I'm familiar with linear programs in that they can solve problems with linear objective functions and linear constraints. But what can semidefinite programming solve that linear programming can't? I already know that semidefinite programs are a generalization of linear programs.

Also, how does one recognize a problem that can be solved using semidefinite programming? What is a typical problem that semidefinite programming is used for that couldn't be solved via linear programming?

Thanks very much for any response.

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    $\begingroup$ Maybe you can make your question more precise? After all, linear programming is $\mathsf{P}$-complete. $\endgroup$ Dec 11, 2013 at 12:40
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    $\begingroup$ @KristofferArnsfeltHansen I never stop wondering why people keep bringing this fact up in similar discussions. P-completeness is irrelevant unless we are talking about separating P from L or NC - if we are talking about polytime, everything in P is "P-complete". To suggest an answer to OP: once you fix a linear encoding of a problem, (i.e. write as optimizing a linear functional over a polytope) it makes perfect sense to ask whether a polysize LP/SDP can solve the problem. $\endgroup$ Dec 11, 2013 at 15:57

2 Answers 2


A typical problem is MaxCut: output a cut in a graph that (approximately) maximizes the number of edges cut. Goemans and Williamson showed an SDP approximates the value of MaxCut to within a factor at least 0.878. Recently, Chan, Lee, Raghavendra, and Steurer showed that for a natural linear encoding of the MaxCut problem, all polynomial size LPs achieve approximation no better than 0.5.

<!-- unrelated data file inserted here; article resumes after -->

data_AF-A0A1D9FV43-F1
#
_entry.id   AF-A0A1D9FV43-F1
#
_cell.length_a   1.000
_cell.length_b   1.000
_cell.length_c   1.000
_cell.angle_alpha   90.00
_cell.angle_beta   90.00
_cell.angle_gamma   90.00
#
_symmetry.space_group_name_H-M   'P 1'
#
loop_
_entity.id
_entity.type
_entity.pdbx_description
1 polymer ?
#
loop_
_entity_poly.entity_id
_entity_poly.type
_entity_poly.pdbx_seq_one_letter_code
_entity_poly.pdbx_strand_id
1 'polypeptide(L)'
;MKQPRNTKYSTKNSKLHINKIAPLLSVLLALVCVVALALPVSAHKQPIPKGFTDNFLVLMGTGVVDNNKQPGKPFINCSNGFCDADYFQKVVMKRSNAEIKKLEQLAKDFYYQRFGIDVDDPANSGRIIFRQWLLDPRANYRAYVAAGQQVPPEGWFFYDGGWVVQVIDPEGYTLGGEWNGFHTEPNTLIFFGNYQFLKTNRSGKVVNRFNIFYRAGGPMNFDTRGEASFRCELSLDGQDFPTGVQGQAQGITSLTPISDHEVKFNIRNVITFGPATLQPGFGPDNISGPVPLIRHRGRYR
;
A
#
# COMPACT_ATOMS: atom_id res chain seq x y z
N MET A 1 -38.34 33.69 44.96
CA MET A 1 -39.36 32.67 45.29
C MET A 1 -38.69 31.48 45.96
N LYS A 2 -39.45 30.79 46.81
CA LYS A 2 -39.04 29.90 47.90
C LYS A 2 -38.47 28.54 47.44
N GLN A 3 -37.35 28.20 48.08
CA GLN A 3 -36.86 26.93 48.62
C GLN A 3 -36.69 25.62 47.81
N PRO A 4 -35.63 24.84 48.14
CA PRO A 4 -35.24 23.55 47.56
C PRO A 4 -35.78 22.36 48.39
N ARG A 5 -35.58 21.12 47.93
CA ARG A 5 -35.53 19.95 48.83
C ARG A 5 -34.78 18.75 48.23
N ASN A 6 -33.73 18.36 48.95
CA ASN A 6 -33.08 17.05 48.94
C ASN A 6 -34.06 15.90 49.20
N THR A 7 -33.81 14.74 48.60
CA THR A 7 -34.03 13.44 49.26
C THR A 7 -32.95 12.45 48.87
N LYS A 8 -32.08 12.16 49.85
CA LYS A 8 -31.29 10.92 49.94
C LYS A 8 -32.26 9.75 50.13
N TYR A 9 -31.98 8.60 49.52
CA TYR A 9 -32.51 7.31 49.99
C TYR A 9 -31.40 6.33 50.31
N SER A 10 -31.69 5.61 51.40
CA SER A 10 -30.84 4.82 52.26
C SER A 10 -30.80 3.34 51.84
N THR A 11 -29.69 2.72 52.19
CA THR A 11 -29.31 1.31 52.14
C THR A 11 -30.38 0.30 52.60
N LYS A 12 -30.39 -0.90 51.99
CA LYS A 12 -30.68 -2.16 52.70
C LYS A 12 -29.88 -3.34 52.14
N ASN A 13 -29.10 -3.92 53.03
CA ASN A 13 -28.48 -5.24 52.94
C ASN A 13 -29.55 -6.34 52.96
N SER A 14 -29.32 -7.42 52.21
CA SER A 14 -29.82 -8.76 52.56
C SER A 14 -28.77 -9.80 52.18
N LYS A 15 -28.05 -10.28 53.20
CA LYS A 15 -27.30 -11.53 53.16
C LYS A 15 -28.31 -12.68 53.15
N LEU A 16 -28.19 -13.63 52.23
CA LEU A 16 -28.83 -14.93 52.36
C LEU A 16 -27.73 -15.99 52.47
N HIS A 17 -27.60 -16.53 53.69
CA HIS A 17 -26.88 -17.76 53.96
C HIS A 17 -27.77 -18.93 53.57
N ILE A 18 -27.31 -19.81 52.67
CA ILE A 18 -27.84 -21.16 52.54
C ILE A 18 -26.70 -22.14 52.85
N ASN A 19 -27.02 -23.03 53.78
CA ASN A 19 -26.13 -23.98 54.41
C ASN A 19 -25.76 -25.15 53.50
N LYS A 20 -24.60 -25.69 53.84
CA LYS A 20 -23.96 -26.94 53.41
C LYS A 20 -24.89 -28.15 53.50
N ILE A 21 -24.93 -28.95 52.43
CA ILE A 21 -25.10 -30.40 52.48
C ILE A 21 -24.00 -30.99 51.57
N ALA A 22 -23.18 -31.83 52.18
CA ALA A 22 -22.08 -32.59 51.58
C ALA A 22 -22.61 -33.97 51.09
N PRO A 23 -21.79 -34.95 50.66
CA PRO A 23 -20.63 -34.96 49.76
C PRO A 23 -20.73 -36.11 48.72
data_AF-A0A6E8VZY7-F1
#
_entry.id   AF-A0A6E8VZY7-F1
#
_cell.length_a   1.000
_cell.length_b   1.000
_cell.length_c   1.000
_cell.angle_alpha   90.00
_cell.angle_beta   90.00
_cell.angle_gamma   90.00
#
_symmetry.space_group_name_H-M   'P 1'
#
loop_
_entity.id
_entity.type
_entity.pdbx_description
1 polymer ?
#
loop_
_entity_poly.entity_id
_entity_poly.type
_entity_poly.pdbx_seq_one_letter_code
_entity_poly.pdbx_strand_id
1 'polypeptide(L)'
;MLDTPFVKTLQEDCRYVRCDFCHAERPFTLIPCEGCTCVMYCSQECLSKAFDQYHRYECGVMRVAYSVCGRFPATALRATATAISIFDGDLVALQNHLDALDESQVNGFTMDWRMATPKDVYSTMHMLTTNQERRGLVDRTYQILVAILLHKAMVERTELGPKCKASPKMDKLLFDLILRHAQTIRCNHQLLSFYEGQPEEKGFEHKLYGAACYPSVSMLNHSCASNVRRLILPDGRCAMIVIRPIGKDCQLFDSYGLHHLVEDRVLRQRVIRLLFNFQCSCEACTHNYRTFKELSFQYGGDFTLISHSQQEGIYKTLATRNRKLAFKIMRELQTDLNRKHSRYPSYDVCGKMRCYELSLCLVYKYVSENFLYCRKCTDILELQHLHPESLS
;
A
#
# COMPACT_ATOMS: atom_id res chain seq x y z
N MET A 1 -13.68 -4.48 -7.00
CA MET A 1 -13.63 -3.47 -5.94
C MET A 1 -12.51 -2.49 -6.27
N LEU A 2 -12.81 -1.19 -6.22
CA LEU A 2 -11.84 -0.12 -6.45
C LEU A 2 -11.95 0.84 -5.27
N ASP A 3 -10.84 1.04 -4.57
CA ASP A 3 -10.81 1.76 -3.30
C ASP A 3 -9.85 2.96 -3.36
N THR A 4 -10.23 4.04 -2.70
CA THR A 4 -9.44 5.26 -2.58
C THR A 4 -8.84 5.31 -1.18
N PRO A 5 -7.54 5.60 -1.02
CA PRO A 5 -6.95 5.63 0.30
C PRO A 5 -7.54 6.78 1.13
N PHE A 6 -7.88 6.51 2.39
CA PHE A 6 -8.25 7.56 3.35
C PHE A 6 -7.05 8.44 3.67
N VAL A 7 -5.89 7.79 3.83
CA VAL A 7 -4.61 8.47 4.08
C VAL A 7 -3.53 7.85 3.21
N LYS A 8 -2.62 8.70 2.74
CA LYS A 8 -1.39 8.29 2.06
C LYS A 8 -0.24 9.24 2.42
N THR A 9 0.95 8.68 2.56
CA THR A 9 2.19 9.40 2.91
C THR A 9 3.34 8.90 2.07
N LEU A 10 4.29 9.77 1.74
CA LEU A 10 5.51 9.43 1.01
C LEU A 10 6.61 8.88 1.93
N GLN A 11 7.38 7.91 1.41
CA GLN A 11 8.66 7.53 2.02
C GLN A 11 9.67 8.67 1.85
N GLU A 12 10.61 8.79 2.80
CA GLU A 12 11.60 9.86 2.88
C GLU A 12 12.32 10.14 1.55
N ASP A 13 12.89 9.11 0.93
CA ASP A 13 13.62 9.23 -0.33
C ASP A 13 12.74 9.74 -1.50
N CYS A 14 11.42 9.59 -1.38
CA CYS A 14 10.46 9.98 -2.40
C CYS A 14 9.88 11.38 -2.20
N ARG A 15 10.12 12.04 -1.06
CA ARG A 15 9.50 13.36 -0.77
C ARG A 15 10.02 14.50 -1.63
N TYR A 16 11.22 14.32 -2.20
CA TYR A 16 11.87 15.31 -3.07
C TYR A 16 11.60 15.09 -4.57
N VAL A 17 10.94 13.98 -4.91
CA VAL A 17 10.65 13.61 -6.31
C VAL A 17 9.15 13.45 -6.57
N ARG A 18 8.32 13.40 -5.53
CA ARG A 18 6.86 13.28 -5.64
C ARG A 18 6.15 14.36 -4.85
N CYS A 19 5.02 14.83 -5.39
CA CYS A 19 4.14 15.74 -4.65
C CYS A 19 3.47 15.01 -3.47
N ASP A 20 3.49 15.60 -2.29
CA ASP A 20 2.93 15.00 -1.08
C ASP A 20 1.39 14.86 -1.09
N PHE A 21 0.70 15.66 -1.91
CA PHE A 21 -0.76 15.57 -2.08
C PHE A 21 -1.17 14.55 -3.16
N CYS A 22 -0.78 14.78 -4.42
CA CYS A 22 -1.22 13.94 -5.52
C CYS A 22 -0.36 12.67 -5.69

It's hard to say concisely what kind of problems usually benefit from an SDP. A systematic approach to constructing SDP relaxations is through hierarchies, the most powerful of which is the Lasserre hierarchy: see Rothvoß's survey for a nice introduction. By now there are too many examples of successes of SDPs in optimization to list. Also, Raghavendra showed that one particular SDP gives the best approximation to all MaxCSP problems, if the Unique Games conjecture is true.

Check the books of Gaertner and Matousek, chapters 6 and 13 of Willimson and Shmoys' book, Lovasz's survey.


For many combinatorial optimization problems (for instance Max-Cut), semidefinite programming yields much stronger relaxations than the LP relaxation of IP formulations. This allows the design of approximation algorithms, and of exact algorithms which are more efficient than their linear counterparts due to the better quality of the bounds. Examples can be found in Christoph Helmberg's Habilitation thesis, this survey, and this course page .

Another recent sequence of spectacular results making use of semidefinite programming is the application of Razborov's flag algebras to prove results on Turan type problems (see this survey and the flagmatic project).


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